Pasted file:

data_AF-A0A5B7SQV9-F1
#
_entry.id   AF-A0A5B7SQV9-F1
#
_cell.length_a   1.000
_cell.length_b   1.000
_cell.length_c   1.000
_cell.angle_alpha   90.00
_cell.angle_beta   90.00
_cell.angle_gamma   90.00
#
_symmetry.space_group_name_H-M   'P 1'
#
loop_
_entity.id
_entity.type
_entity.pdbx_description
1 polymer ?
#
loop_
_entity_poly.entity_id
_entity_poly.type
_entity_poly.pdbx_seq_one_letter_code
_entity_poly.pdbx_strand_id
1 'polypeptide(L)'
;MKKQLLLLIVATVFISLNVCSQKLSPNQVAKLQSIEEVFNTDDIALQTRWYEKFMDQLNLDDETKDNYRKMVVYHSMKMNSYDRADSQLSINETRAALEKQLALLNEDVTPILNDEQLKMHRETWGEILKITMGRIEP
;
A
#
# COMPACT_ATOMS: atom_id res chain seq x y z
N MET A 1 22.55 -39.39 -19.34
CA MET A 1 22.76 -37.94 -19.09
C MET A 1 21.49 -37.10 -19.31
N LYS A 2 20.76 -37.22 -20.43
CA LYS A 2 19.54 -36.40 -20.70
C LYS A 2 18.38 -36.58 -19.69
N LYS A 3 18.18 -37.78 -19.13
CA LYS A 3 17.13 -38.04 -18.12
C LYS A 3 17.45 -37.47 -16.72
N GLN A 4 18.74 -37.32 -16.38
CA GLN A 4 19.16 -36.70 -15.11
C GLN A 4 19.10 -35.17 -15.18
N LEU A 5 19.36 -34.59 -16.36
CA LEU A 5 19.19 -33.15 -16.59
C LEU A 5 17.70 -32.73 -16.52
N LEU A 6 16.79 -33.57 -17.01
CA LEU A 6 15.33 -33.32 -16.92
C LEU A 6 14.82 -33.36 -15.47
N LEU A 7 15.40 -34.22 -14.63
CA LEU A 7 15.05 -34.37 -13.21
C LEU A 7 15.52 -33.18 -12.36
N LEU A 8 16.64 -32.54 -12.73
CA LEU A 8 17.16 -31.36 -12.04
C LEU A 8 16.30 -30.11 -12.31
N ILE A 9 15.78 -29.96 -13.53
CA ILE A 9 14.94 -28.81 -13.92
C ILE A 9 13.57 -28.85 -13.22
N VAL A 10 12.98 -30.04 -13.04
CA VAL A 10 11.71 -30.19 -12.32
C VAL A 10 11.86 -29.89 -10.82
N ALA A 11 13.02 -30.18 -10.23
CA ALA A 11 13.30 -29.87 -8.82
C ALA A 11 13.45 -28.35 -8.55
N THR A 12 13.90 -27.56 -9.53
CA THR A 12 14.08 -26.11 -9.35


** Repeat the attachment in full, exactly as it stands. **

data_AF-A0A5B7SQV9-F1
#
_entry.id   AF-A0A5B7SQV9-F1
#
_cell.length_a   1.000
_cell.length_b   1.000
_cell.length_c   1.000
_cell.angle_alpha   90.00
_cell.angle_beta   90.00
_cell.angle_gamma   90.00
#
_symmetry.space_group_name_H-M   'P 1'
#
loop_
_entity.id
_entity.type
_entity.pdbx_description
1 polymer ?
#
loop_
_entity_poly.entity_id
_entity_poly.type
_entity_poly.pdbx_seq_one_letter_code
_entity_poly.pdbx_strand_id
1 'polypeptide(L)'
;MKKQLLLLIVATVFISLNVCSQKLSPNQVAKLQSIEEVFNTDDIALQTRWYEKFMDQLNLDDETKDNYRKMVVYHSMKMNSYDRADSQLSINETRAALEKQLALLNEDVTPILNDEQLKMHRETWGEILKITMGRIEP
;
A
#
# COMPACT_ATOMS: atom_id res chain seq x y z
N MET A 1 22.55 -39.39 -19.34
CA MET A 1 22.76 -37.94 -19.09
C MET A 1 21.49 -37.10 -19.31
N LYS A 2 20.76 -37.22 -20.43
CA LYS A 2 19.54 -36.40 -20.70
C LYS A 2 18.38 -36.58 -19.69
N LYS A 3 18.18 -37.78 -19.13
CA LYS A 3 17.13 -38.04 -18.12
C LYS A 3 17.45 -37.47 -16.72
N GLN A 4 18.74 -37.32 -16.38
CA GLN A 4 19.16 -36.70 -15.11
C GLN A 4 19.10 -35.17 -15.18
N LEU A 5 19.36 -34.59 -16.36
CA LEU A 5 19.19 -33.15 -16.59
C LEU A 5 17.70 -32.73 -16.52
N LEU A 6 16.79 -33.57 -17.01
CA LEU A 6 15.33 -33.32 -16.92
C LEU A 6 14.82 -33.36 -15.47
N LEU A 7 15.40 -34.22 -14.63
CA LEU A 7 15.05 -34.37 -13.21
C LEU A 7 15.52 -33.18 -12.36
N LEU A 8 16.64 -32.54 -12.73
CA LEU A 8 17.16 -31.36 -12.04
C LEU A 8 16.30 -30.11 -12.31
N ILE A 9 15.78 -29.96 -13.53
CA ILE A 9 14.94 -28.81 -13.92
C ILE A 9 13.57 -28.85 -13.22
N VAL A 10 12.98 -30.04 -13.04
CA VAL A 10 11.71 -30.19 -12.32
C VAL A 10 11.86 -29.89 -10.82
N ALA A 11 13.02 -30.18 -10.23
CA ALA A 11 13.30 -29.87 -8.82
C ALA A 11 13.45 -28.35 -8.55
N THR A 12 13.90 -27.56 -9.53
CA THR A 12 14.08 -26.11 -9.35